Christie says that “The livelihood and way of life of everyone who works the land is seriously under threat. That’s why I felt I had to do something… I have tried every angle to get this message out: Engaging with ministers, protesting peacefully, writing endless letters…”. He invokes the spectres of tobacco, DDT and asbestos – all substances believed to be harmless and used liberally with devastating consequences. In the Phillipines, biologist Mae-Wan Ho reports incidents of sudden illness and death amongst people living close to GM maize crops. This coincided with the flowering season of the maize, which has now been removed from some areas, whilst similar episodes occur elsewhere. The government has refused to investigate further.

Social consequences of patented seeds are no less dire. In the Speakers’ Forum at The Green Gathering, Christie began his talk with a dramatic tale of suicide amongst farmers. Vandana Shiva has reported that tens of thousands, possibly even hundreds of thousands of Indian farmers have killed themselves since GM crops were introduced. Patenting of seeds by biotech companies forces some of the poorest farmers in the world to buy new seed every year, which is bad enough in itself, but becomes untenable when promised yields fail to become reality, driving the farmers deeper into poverty and despair. The biotech companies are now making a beeline for Africa, partly funded by the Bill and Melinda Gates Foundation, and again Christie highlights the inalienable and sacred right of the farmer to save seed.

He also points out that the US, Canada and Australia (which have accepted most GM crops with alacrity to date) have all rejected GM cereals. Wheat is a grass species native to the UK, and pollen from GM wheat could potentially crossbreed or contaminate grasses and cereals far and wide, despite claims to the contrary from the biotech industry. In the US, where genetically modified crops are widespread, even papers such as The Daily Mail are reporting that incidents of pesticide resistant weeds and insects are on the rise. A report from 2005 also reveals the evolution of a resistant ‘super-weed’ at an old trial site for genetically modified oilseed rape, now resistant to herbicide due to a genetic cross-breeding. This is also happening in Japan, a country without GM crops of their own. Evidence of wild-breeding GM canola and even crossovers to its related species broccoli has been reported along transport routes and near harbours where canola oil is imported. Activists are organising to protect a biodiversity they fear is at stake, calling for the relevant corporations to take responsibility.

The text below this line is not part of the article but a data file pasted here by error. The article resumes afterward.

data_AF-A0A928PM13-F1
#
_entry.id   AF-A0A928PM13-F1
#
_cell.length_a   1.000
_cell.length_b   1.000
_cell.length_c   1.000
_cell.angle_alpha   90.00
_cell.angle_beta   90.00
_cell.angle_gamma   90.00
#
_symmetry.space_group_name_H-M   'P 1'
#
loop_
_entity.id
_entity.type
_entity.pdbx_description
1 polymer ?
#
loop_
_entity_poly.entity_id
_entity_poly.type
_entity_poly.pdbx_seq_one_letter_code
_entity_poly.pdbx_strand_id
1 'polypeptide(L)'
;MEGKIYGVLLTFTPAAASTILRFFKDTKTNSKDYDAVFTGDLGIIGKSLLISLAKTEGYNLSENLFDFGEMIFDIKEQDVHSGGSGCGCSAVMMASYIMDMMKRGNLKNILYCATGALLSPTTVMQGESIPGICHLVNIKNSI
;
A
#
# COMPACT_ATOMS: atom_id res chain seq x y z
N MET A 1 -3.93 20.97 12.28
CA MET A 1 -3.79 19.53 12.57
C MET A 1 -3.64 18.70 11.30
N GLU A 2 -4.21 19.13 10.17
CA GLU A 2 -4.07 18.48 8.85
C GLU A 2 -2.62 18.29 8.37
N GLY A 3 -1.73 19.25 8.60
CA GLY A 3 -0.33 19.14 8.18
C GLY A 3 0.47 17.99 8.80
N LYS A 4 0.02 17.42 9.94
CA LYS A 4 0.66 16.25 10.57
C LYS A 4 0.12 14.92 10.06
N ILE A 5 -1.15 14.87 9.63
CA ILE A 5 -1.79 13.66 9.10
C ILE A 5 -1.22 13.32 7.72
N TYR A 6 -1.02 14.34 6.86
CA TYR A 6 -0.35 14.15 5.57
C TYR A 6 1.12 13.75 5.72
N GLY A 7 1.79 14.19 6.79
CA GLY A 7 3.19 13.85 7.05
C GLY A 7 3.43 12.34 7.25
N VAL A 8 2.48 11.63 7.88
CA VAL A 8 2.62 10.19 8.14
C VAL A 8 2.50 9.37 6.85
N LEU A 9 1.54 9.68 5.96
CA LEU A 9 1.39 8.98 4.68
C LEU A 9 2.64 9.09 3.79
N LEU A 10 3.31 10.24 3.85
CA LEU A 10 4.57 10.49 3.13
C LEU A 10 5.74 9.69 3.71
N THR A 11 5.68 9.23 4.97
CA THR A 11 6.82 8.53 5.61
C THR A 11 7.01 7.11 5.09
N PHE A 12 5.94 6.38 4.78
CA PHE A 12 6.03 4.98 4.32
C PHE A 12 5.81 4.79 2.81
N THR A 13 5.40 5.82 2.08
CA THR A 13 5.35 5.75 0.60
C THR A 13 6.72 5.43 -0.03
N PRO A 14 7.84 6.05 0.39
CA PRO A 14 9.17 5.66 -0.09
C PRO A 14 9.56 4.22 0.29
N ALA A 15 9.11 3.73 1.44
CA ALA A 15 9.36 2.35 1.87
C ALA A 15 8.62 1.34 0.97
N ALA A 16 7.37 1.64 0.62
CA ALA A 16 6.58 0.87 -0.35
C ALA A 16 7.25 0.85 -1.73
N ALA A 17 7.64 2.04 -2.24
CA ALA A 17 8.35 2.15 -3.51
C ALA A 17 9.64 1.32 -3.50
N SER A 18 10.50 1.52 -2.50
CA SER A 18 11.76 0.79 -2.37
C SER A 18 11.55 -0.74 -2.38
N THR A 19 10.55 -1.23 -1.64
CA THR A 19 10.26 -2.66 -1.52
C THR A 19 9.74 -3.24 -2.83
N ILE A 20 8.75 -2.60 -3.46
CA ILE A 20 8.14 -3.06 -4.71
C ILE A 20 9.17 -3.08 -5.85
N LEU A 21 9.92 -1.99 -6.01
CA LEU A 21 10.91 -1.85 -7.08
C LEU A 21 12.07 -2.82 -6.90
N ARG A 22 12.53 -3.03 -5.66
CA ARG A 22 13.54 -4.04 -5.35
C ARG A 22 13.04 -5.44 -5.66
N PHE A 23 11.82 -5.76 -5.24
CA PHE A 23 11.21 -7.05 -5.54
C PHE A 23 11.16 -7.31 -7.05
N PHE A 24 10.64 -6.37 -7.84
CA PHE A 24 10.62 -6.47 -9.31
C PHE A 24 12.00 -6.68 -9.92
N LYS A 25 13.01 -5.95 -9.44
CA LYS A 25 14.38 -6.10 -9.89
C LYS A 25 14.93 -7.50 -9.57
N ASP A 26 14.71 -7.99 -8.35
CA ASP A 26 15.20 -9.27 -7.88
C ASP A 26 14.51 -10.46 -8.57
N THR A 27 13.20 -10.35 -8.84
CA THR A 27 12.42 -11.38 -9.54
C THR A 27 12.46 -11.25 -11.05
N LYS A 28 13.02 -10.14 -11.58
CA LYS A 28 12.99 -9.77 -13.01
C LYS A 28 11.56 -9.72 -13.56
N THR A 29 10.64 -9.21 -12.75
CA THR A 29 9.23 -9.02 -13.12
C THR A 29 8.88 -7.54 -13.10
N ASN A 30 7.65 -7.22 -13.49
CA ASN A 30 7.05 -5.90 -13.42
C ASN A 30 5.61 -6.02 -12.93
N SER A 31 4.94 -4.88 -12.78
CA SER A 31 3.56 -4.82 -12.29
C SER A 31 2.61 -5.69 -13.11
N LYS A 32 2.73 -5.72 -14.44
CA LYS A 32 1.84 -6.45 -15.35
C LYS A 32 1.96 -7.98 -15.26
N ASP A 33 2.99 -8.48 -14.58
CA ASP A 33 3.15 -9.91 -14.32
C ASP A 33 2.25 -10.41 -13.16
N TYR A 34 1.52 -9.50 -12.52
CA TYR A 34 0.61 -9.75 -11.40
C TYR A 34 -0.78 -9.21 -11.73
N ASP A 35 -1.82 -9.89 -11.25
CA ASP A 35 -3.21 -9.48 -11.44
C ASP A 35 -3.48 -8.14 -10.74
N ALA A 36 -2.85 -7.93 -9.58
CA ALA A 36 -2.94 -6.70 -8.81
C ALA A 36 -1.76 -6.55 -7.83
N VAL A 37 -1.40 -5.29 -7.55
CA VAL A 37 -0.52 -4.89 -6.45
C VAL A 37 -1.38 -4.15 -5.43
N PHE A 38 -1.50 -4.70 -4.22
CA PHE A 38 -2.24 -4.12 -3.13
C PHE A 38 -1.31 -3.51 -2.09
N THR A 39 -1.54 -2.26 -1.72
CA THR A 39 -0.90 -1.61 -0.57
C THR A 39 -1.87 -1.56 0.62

“They call us ecoterrorists, but they really don’t get the picture,” Christie complains. He hopes that his trial will raise awareness and help the larger cause. Bindmans, a leading London-based law firm, took up Christie’s case when it became apparent that abuse of process and other inconsistencies had occurred. According to one of Christie’s friends, “It looks like special branch and people ‘higher up’ have been caught red handed treating a protester like a terrorist. Incredibly dodgy and clumsy details have emerged.” The total costs and compensation he has been ordered to pay include a £350 fine, £15 victim surcharge, £85 CPS costs and compensation to Rothampstead Research for the damage caused. In previous hearings, the prosecution had increased the compensation claim to £51,900, but later lowered this to £3850 –  a mere fraction of the original claim.

Though Christie pleaded guilty to criminal damage of the crops, he has not made up his mind about whether to pay the compensation. What is certain, is that he will not give up his campaigning for biodiversity in future. He is passionate about small farmers’ livelihoods and right to choose, as well as the big issues of long term food security and biodiversity. On his Tapeley Gardens website he writes “Do we in the countryside want to give up control of our choices and businesses to a few ruthless, solely profit driven large corporations? The UK is an island, and as such we have the most fantastic opportunity to be a source of GM-free food, plus we have a potentially invaluable GM-free seed bank for ourselves and the world in the future.”


By Ragnhild Freng Dale and Emma Fordham